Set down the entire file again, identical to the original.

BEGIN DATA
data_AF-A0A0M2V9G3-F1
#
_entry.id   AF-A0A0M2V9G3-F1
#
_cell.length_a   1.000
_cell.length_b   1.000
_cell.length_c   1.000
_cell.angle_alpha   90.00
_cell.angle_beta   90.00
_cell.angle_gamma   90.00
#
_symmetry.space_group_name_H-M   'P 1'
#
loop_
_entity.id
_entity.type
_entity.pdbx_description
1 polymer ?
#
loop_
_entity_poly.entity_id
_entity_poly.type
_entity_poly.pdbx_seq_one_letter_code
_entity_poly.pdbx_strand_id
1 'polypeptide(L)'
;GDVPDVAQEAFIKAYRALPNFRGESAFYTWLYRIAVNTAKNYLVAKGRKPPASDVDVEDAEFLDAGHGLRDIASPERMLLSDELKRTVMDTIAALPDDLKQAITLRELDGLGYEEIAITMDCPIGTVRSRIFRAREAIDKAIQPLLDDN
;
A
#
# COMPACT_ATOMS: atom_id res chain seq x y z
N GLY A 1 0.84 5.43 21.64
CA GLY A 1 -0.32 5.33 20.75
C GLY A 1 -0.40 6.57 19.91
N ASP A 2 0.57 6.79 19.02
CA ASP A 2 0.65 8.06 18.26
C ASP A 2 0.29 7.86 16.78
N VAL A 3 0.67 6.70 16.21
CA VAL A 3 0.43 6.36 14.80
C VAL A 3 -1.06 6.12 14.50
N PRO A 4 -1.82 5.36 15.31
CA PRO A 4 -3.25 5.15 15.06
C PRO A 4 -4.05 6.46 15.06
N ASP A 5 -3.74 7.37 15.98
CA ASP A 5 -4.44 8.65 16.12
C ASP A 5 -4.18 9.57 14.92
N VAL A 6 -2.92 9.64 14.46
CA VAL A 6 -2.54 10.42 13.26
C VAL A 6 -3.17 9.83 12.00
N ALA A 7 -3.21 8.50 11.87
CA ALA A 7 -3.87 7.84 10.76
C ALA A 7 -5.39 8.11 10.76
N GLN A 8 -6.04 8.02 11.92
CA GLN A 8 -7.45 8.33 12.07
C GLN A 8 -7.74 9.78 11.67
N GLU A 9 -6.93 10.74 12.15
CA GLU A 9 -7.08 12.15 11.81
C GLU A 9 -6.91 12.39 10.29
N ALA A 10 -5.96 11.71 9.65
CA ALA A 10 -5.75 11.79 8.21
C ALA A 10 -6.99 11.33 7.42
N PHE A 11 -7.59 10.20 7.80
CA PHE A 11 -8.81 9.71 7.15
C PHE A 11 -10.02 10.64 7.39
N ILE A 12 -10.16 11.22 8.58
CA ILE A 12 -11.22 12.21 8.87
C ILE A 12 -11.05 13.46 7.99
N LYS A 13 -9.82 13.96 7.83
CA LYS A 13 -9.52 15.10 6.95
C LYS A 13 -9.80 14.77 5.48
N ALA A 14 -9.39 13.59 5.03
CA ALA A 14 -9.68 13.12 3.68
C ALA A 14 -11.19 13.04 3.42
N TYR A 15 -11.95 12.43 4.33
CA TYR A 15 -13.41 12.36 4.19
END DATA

data_AF-A0A0M2V9G3-F1
#
_entry.id   AF-A0A0M2V9G3-F1
#
_cell.length_a   1.000
_cell.length_b   1.000
_cell.length_c   1.000
_cell.angle_alpha   90.00
_cell.angle_beta   90.00
_cell.angle_gamma   90.00
#
_symmetry.space_group_name_H-M   'P 1'
#
loop_
_entity.id
_entity.type
_entity.pdbx_description
1 polymer ?
#
loop_
_entity_poly.entity_id
_entity_poly.type
_entity_poly.pdbx_seq_one_letter_code
_entity_poly.pdbx_strand_id
1 'polypeptide(L)'
;GDVPDVAQEAFIKAYRALPNFRGESAFYTWLYRIAVNTAKNYLVAKGRKPPASDVDVEDAEFLDAGHGLRDIASPERMLLSDELKRTVMDTIAALPDDLKQAITLRELDGLGYEEIAITMDCPIGTVRSRIFRAREAIDKAIQPLLDDN
;
A
#
# COMPACT_ATOMS: atom_id res chain seq x y z
N GLY A 1 0.84 5.43 21.64
CA GLY A 1 -0.32 5.33 20.75
C GLY A 1 -0.40 6.57 19.91
N ASP A 2 0.57 6.79 19.02
CA ASP A 2 0.65 8.06 18.26
C ASP A 2 0.29 7.86 16.78
N VAL A 3 0.67 6.70 16.21
CA VAL A 3 0.43 6.36 14.80
C VAL A 3 -1.06 6.12 14.50
N PRO A 4 -1.82 5.36 15.31
CA PRO A 4 -3.25 5.15 15.06
C PRO A 4 -4.05 6.46 15.06
N ASP A 5 -3.74 7.37 15.98
CA ASP A 5 -4.44 8.65 16.12
C ASP A 5 -4.18 9.57 14.92
N VAL A 6 -2.92 9.64 14.46
CA VAL A 6 -2.54 10.42 13.26
C VAL A 6 -3.17 9.83 12.00
N ALA A 7 -3.21 8.50 11.87
CA ALA A 7 -3.87 7.84 10.76
C ALA A 7 -5.39 8.11 10.76
N GLN A 8 -6.04 8.02 11.92
CA GLN A 8 -7.45 8.33 12.07
C GLN A 8 -7.74 9.78 11.67
N GLU A 9 -6.93 10.74 12.15
CA GLU A 9 -7.08 12.15 11.81
C GLU A 9 -6.91 12.39 10.29
N ALA A 10 -5.96 11.71 9.65
CA ALA A 10 -5.75 11.79 8.21
C ALA A 10 -6.99 11.33 7.42
N PHE A 11 -7.59 10.20 7.80
CA PHE A 11 -8.81 9.71 7.15
C PHE A 11 -10.02 10.64 7.39
N ILE A 12 -10.16 11.22 8.58
CA ILE A 12 -11.22 12.21 8.87
C ILE A 12 -11.05 13.46 7.99
N LYS A 13 -9.82 13.96 7.83
CA LYS A 13 -9.52 15.10 6.95
C LYS A 13 -9.80 14.77 5.48
N ALA A 14 -9.39 13.59 5.03
CA ALA A 14 -9.68 13.12 3.68
C ALA A 14 -11.19 13.04 3.42
N TYR A 15 -11.95 12.43 4.33
CA TYR A 15 -13.41 12.36 4.19